Greece will get a vital loan installment by July 15 while work continues on a second bailout for the struggling country, EU finance ministers said Saturday.
The ministers signed off their portion of the $16.8 billion loan in an evening conference call. The International Monetary Fund is expected to approve its part of the loan next week.
The ministers also reiterated that they would continue to support Greece beyond the $154-billion bailout package that was granted last year, but left a final decision on the new aid plan until the involvement of banks and other private creditors has been figured out.
"The precise modalities and scale of private sector involvement and additional funding from official sources will be determined in the coming weeks," the ministers said.
Greek Finance Minister Evangelos Venizelos said in a statement that his colleagues had committed to getting the new support ready ahead of time for the next installment of the existing bailout in September.
Eurozone ministers stressed, however, that the new support would be conditioned on "continued strong commitment to implementing fiscal consolidation measures as well as ambitious and concrete structural reform and privatization plans," setting the stage for further dramatic showdowns with Greek authorities, who have been struggling to hit targets set out in the original bailout program.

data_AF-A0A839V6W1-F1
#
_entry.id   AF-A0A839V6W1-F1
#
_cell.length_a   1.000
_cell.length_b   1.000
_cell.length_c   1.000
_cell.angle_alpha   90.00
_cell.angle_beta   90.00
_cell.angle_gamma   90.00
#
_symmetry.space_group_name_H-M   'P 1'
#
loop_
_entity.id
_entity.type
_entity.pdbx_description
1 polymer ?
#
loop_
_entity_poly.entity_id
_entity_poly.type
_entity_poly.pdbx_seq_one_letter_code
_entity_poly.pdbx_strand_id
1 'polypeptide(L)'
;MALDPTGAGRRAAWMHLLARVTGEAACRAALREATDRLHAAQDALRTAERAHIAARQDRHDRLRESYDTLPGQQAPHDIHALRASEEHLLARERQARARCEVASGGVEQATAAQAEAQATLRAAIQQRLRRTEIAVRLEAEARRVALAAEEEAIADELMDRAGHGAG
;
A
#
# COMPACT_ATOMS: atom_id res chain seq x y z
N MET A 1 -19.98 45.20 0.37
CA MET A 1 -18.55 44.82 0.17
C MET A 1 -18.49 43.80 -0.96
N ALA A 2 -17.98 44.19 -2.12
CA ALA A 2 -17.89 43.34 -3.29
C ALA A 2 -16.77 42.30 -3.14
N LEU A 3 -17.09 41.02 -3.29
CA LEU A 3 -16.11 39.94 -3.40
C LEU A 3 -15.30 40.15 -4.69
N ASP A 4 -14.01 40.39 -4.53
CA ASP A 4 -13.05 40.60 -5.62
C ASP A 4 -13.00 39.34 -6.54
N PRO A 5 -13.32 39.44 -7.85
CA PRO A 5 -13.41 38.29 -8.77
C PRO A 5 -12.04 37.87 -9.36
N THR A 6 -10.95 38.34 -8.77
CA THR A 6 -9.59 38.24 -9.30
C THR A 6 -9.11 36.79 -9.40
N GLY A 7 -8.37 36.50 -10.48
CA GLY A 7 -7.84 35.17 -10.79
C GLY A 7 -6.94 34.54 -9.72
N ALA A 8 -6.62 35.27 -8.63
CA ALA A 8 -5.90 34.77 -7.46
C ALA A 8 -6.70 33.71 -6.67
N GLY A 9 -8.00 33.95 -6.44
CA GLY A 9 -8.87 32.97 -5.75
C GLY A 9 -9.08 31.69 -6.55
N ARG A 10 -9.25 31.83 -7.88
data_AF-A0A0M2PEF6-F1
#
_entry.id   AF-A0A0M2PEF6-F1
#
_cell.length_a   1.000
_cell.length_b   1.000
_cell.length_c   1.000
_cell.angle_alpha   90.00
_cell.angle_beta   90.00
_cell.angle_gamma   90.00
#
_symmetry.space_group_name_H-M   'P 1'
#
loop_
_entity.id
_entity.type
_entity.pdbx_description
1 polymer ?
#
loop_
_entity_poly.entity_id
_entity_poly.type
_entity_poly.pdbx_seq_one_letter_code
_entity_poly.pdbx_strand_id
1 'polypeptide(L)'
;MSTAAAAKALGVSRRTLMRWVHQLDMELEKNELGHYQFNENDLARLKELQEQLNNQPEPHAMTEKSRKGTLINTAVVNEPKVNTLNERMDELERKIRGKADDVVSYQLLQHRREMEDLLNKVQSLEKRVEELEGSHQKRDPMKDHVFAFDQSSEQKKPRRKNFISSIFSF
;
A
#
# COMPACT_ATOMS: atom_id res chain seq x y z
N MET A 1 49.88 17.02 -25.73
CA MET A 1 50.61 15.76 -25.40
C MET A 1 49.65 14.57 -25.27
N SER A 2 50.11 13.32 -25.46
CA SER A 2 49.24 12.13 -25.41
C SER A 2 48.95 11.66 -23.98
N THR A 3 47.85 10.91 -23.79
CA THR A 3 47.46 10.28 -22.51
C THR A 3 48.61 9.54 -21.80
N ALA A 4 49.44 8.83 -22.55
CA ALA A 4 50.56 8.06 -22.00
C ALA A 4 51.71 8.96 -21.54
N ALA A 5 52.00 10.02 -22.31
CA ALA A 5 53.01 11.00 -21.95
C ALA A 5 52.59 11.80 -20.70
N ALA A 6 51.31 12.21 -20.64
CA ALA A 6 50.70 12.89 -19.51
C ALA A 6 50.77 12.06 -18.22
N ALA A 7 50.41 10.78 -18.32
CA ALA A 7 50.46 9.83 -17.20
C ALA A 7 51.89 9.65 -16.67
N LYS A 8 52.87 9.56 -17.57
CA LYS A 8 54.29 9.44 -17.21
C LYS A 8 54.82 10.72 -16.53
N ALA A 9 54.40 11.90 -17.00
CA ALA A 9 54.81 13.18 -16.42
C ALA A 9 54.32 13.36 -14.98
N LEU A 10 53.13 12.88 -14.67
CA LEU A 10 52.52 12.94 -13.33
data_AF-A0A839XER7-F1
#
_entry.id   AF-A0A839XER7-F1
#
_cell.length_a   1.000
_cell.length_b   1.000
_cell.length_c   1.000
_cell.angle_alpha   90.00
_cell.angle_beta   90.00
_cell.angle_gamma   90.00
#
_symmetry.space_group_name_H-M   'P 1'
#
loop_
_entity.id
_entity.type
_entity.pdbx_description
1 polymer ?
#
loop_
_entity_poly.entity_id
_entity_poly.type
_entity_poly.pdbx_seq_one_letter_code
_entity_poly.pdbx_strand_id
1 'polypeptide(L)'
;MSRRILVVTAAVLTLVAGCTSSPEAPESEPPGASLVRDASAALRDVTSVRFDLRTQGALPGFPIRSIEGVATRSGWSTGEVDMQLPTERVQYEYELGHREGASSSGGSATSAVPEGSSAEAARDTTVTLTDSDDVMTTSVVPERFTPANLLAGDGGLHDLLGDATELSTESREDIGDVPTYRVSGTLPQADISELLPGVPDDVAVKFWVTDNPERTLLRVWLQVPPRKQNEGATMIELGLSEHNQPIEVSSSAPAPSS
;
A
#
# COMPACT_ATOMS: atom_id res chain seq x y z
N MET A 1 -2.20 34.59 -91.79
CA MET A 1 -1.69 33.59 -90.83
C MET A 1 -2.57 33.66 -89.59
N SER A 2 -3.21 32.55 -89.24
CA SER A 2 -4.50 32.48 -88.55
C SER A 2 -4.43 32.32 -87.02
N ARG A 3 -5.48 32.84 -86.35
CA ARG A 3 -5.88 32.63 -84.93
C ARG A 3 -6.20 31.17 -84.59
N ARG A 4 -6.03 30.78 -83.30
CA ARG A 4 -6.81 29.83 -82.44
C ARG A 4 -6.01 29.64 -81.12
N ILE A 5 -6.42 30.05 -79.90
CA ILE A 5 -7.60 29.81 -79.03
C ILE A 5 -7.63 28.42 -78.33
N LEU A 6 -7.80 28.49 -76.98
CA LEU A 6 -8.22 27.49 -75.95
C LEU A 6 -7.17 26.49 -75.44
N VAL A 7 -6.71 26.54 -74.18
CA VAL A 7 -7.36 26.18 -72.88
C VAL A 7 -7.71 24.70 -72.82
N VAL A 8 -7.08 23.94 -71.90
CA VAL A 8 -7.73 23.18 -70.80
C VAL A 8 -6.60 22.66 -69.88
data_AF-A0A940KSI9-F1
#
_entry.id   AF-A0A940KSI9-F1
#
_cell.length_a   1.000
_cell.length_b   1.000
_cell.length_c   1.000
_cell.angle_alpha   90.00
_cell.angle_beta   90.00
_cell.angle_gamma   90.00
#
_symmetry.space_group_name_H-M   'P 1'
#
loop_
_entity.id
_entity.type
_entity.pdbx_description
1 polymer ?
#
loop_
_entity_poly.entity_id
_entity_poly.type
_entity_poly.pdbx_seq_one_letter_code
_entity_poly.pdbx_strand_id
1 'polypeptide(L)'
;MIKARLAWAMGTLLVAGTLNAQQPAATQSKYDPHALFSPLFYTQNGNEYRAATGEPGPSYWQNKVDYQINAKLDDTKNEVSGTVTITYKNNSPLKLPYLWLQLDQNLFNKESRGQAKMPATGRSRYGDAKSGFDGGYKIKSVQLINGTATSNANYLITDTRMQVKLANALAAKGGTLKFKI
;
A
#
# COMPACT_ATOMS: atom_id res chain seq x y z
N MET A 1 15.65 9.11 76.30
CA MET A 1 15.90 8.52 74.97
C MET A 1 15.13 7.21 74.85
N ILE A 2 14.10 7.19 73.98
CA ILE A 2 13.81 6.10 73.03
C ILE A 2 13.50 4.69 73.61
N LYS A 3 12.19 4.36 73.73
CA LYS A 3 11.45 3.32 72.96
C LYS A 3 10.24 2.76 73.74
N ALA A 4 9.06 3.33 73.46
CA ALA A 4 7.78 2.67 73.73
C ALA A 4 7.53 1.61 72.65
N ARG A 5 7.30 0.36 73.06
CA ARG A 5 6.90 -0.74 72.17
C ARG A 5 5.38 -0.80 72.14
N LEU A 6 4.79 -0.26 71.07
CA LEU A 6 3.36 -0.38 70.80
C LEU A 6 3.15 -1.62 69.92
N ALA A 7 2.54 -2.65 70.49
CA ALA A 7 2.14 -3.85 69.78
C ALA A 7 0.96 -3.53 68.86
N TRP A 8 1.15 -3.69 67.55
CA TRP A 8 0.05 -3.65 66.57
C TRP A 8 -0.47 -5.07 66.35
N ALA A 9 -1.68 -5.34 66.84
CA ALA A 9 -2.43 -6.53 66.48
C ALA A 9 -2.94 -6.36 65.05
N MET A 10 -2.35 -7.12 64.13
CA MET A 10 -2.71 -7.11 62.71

The release of the fifth portion of the bailout money was preceded by weeks of back and forth between the Greek government and the country's international creditors, which culminated in the Greek parliament reluctantly passing new austerity measures earlier this week.
In his statement, Venizelos stressed that Greece was able to get the money because his Socialist party managed to push the measures through parliament.
"What is crucial now is to implement the parliament's decisions swiftly and effectively so that we can gradually get out of the crisis to the benefit of the Greek economy and its citizens," he said.